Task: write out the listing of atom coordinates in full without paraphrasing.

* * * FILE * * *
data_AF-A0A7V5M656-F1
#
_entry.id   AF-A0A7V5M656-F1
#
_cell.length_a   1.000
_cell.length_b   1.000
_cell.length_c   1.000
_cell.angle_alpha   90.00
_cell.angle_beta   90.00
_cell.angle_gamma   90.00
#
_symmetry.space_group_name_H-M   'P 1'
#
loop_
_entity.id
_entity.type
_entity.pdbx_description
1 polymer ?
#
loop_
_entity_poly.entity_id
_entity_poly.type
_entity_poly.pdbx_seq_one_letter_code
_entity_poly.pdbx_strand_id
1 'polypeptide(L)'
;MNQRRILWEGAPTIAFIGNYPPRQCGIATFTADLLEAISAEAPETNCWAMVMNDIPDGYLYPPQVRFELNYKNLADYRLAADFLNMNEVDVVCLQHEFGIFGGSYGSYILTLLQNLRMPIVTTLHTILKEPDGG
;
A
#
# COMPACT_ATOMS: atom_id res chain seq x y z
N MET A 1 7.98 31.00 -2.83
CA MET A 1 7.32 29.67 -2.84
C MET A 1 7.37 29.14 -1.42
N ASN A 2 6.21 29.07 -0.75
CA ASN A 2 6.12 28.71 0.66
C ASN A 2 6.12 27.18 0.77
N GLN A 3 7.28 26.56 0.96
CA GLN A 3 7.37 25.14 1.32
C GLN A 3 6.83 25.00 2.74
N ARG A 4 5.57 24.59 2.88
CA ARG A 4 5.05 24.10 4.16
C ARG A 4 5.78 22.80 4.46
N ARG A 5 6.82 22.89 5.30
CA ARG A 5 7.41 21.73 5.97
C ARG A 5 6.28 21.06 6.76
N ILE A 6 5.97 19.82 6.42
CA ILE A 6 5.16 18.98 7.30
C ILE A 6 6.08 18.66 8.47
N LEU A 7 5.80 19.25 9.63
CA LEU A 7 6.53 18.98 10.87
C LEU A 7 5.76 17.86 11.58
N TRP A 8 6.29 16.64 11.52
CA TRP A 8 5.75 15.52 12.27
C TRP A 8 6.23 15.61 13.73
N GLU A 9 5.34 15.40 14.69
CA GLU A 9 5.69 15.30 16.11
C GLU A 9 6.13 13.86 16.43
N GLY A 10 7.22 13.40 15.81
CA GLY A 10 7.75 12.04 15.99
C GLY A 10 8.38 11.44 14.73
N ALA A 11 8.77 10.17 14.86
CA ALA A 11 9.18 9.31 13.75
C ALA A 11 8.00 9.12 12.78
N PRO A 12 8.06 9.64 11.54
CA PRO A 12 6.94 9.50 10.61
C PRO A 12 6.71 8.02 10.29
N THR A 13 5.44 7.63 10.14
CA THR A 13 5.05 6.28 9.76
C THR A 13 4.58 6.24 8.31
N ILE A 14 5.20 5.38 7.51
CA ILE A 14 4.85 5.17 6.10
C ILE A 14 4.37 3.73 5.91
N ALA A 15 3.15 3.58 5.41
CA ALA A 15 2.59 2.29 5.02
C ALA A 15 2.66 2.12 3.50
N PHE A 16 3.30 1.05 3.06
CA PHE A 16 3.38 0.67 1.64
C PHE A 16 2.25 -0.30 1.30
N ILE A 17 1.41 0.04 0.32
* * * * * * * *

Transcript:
data_AF-A0A7V5M656-F1
#
_entry.id   AF-A0A7V5M656-F1
#
_cell.length_a   1.000
_cell.length_b   1.000
_cell.length_c   1.000
_cell.angle_alpha   90.00
_cell.angle_beta   90.00
_cell.angle_gamma   90.00
#
_symmetry.space_group_name_H-M   'P 1'
#
loop_
_entity.id
_entity.type
_entity.pdbx_description
1 polymer ?
#
loop_
_entity_poly.entity_id
_entity_poly.type
_entity_poly.pdbx_seq_one_letter_code
_entity_poly.pdbx_strand_id
1 'polypeptide(L)'
;MNQRRILWEGAPTIAFIGNYPPRQCGIATFTADLLEAISAEAPETNCWAMVMNDIPDGYLYPPQVRFELNYKNLADYRLAADFLNMNEVDVVCLQHEFGIFGGSYGSYILTLLQNLRMPIVTTLHTILKEPDGG
;
A
#
# COMPACT_ATOMS: atom_id res chain seq x y z
N MET A 1 7.98 31.00 -2.83
CA MET A 1 7.32 29.67 -2.84
C MET A 1 7.37 29.14 -1.42
N ASN A 2 6.21 29.07 -0.75
CA ASN A 2 6.12 28.71 0.66
C ASN A 2 6.12 27.18 0.77
N GLN A 3 7.28 26.56 0.96
CA GLN A 3 7.37 25.14 1.32
C GLN A 3 6.83 25.00 2.74
N ARG A 4 5.57 24.59 2.88
CA ARG A 4 5.05 24.10 4.16
C ARG A 4 5.78 22.80 4.46
N ARG A 5 6.82 22.89 5.30
CA ARG A 5 7.41 21.73 5.97
C ARG A 5 6.28 21.06 6.76
N ILE A 6 5.97 19.82 6.42
CA ILE A 6 5.16 18.98 7.30
C ILE A 6 6.08 18.66 8.47
N LEU A 7 5.80 19.25 9.63
CA LEU A 7 6.53 18.98 10.87
C LEU A 7 5.76 17.86 11.58
N TRP A 8 6.29 16.64 11.52
CA TRP A 8 5.75 15.52 12.27
C TRP A 8 6.23 15.61 13.73
N GLU A 9 5.34 15.40 14.69
CA GLU A 9 5.69 15.30 16.11
C GLU A 9 6.13 13.86 16.43
N GLY A 10 7.22 13.40 15.81
CA GLY A 10 7.75 12.04 15.99
C GLY A 10 8.38 11.44 14.73
N ALA A 11 8.77 10.17 14.86
CA ALA A 11 9.18 9.31 13.75
C ALA A 11 8.00 9.12 12.78
N PRO A 12 8.06 9.64 11.54
CA PRO A 12 6.94 9.50 10.61
C PRO A 12 6.71 8.02 10.29
N THR A 13 5.44 7.63 10.14
CA THR A 13 5.05 6.28 9.76
C THR A 13 4.58 6.24 8.31
N ILE A 14 5.20 5.38 7.51
CA ILE A 14 4.85 5.17 6.10
C ILE A 14 4.37 3.73 5.91
N ALA A 15 3.15 3.58 5.41
CA ALA A 15 2.59 2.29 5.02
C ALA A 15 2.66 2.12 3.50
N PHE A 16 3.30 1.05 3.06
CA PHE A 16 3.38 0.67 1.64
C PHE A 16 2.25 -0.30 1.30
N ILE A 17 1.41 0.04 0.32